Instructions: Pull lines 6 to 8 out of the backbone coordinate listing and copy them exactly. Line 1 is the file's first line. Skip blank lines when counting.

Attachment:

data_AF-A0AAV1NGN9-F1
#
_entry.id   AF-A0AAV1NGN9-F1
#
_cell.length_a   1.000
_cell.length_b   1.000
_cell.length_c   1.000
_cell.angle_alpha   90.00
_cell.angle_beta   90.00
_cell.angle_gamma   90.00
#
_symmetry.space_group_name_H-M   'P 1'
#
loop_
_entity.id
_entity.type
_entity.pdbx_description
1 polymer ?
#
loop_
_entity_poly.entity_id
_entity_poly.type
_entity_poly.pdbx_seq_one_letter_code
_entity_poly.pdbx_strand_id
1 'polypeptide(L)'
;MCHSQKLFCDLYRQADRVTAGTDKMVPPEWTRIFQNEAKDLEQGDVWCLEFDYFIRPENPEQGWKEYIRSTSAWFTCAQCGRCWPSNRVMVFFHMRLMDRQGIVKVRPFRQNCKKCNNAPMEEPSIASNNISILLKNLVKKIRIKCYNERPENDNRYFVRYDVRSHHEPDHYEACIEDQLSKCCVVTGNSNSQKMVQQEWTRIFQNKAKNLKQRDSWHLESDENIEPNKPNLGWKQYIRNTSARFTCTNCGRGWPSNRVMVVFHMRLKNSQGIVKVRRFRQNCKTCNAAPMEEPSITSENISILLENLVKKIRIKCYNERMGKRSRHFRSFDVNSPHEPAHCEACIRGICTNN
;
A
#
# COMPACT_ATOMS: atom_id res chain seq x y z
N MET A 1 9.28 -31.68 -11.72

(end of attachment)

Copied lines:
_cell.length_b   1.000
_cell.length_c   1.000
_cell.angle_alpha   90.00